12 Fast Facts About the Inca Trail to Machu Picchu
The Inca Trail, or the Camino del Inca, is one of the most important features of South America’s past and present, and the trek to Machu Picchu is unlike any other adventure in the world. There are very few places where you have an opportunity to walk through awe inspiring terrain while passing 500 year old archeological treasures.
If you have ever dreamed of hiking the Inca Trail to Machu Picchu, I have compiled this list of 12 Fast Facts that provides the information on the Inca Trail that you need to know!
Inca Trail to Machu Picchu Facts and Information
1) How difficult is the Inca Trail?
The Classic Inca Trail Route is considered a moderate level hike. If you are hiking the Classic Inca Trail Route you will hike 26 miles over four days at an elevation nearing 13,828 feet (4,215 meters). The longest day you can expect to hike is around 10 hours.
2) How long does it take to hike Machu Picchu?
The average amount of time people take to hike the Classic Inca Trail Route is 4 days, however, it can be done faster or slower depending on your fitness level and itinerary.
3) Is the Inca Trail worth it?
The Classic Inca Trail Route to Machu Picchu is considered one of the greatest adventure experiences on the planet. There are very few trails where you walk past 500 year old archeological treasures while hiking through some of the most beautiful mountains on earth. At the end of the hike, you have the reward of a once in a lifetime view of Machu Picchu which sits below as you step through Sun Gate.
4) Is the Inca Trail dangerous?
While there is risk in hiking any mountain trail, the Classic Inca Trail Route is considered an intermediate level hike. The terrain is moderate; there are sections that are steep but do not require ropes, harnesses or special technical training. Elevation does reach up to 13,829 ft (4,215 meters), however if your physical fitness level is strong and if your hiking pace is done at a slow to moderate level, hikers typically do not have a challenge completing the trek.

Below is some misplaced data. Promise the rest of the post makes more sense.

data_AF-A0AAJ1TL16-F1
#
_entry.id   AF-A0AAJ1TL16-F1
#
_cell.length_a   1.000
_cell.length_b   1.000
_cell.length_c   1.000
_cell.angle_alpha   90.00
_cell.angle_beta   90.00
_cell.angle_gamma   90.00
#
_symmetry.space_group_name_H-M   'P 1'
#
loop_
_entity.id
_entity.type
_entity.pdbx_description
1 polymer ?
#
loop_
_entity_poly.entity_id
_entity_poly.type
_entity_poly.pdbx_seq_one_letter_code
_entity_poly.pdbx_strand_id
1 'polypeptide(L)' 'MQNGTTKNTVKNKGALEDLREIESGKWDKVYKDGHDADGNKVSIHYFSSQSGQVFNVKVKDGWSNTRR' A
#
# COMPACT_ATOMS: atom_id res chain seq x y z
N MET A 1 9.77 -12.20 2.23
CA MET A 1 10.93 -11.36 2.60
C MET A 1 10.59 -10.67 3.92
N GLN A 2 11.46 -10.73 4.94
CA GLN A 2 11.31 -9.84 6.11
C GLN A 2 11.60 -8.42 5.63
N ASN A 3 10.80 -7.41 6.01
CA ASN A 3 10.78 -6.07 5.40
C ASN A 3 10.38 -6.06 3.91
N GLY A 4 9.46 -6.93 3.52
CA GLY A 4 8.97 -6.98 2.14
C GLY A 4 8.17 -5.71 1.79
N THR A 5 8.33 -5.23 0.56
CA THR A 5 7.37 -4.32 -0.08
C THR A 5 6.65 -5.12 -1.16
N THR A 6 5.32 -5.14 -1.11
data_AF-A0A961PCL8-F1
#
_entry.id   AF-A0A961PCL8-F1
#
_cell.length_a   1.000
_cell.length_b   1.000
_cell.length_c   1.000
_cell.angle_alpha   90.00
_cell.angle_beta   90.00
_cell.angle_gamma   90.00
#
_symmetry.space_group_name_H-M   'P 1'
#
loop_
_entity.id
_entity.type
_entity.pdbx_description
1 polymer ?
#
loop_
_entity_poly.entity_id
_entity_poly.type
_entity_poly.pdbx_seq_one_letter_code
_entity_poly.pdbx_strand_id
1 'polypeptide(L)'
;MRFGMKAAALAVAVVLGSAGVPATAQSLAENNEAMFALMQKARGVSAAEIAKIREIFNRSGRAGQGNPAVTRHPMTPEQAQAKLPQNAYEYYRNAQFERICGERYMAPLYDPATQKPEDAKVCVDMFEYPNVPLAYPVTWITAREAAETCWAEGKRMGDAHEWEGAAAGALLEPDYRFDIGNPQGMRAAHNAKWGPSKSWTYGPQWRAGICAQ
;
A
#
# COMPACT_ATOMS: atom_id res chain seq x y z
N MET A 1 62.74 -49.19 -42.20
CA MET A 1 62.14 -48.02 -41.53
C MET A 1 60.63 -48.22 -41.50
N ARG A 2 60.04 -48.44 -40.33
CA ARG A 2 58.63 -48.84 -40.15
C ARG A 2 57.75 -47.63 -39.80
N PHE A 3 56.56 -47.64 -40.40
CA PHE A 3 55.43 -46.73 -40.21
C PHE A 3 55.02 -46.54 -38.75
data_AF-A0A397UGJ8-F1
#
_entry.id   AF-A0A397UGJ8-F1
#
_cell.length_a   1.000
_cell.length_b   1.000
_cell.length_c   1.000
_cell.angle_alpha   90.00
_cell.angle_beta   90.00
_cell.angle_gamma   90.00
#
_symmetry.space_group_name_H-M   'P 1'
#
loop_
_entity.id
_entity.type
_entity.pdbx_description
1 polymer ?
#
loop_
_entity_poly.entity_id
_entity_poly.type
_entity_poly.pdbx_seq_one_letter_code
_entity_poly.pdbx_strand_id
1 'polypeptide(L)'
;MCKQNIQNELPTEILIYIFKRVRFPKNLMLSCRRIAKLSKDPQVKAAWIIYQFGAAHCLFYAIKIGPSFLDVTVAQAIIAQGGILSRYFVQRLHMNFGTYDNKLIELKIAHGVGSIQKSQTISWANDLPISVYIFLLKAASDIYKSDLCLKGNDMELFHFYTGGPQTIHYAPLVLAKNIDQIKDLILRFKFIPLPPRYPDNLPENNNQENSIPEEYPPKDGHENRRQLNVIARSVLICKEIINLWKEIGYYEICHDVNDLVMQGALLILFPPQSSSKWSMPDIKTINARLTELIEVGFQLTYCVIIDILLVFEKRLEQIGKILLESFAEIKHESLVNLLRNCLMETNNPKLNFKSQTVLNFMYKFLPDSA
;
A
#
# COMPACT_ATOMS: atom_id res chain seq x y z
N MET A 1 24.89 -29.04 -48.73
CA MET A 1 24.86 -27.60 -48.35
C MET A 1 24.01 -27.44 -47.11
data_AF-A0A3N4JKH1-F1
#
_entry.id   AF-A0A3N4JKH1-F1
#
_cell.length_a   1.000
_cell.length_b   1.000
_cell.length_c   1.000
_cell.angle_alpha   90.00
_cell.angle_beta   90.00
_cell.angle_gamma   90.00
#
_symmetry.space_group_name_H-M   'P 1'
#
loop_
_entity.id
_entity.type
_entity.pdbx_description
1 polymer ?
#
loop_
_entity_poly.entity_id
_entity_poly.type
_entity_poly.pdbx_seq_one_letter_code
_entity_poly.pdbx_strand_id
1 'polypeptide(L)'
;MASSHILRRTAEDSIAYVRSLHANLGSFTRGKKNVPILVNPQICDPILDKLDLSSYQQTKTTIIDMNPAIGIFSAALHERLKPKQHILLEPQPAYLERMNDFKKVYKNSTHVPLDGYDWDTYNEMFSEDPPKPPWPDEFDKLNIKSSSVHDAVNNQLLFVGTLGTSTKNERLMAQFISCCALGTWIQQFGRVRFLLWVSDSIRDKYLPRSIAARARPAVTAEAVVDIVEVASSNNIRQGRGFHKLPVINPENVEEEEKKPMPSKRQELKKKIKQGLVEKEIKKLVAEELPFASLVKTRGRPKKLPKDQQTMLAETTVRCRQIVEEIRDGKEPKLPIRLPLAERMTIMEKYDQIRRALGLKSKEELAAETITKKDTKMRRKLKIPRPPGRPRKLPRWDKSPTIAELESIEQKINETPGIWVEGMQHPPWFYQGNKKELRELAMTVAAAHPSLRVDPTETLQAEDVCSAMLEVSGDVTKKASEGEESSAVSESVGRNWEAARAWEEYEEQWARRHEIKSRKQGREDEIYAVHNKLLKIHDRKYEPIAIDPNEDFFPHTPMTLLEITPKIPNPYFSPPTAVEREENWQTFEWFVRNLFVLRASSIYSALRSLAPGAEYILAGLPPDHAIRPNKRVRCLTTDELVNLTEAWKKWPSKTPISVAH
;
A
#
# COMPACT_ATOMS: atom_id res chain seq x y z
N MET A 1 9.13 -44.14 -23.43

5) Are there toilets on the Inca Trail?
At many of the rest camps there are toilets, however, depending on which outfitter you travel with, many companies do bring along porta-potties as well. The porta-potties tend to be more sanitary than the rest camp bathroom options.
6) How cold does it get on the Inca Trail?
Depending on the time of the year, the temperature on the Classic Inca Trail Route ranges from 32°F (0°C) to 80°F (27°C), with an average daytime temperature of 65°F (18°C). In the morning, when you wake up early it can be chilly so it is advisable to wear warm layers to begin the days’s hike. However, within an hour hikers tend to warm up from the physical exertion. It is typical to see many hikers wearing shorts and short sleeve shirts for the majority of the day on the Inca Trail. Then, when the hiking for the day is complete and the sun begins to set, you can add additional layers to keep yourself warm at the campsite for the night.
7) Why did Incas leave Machu Picchu?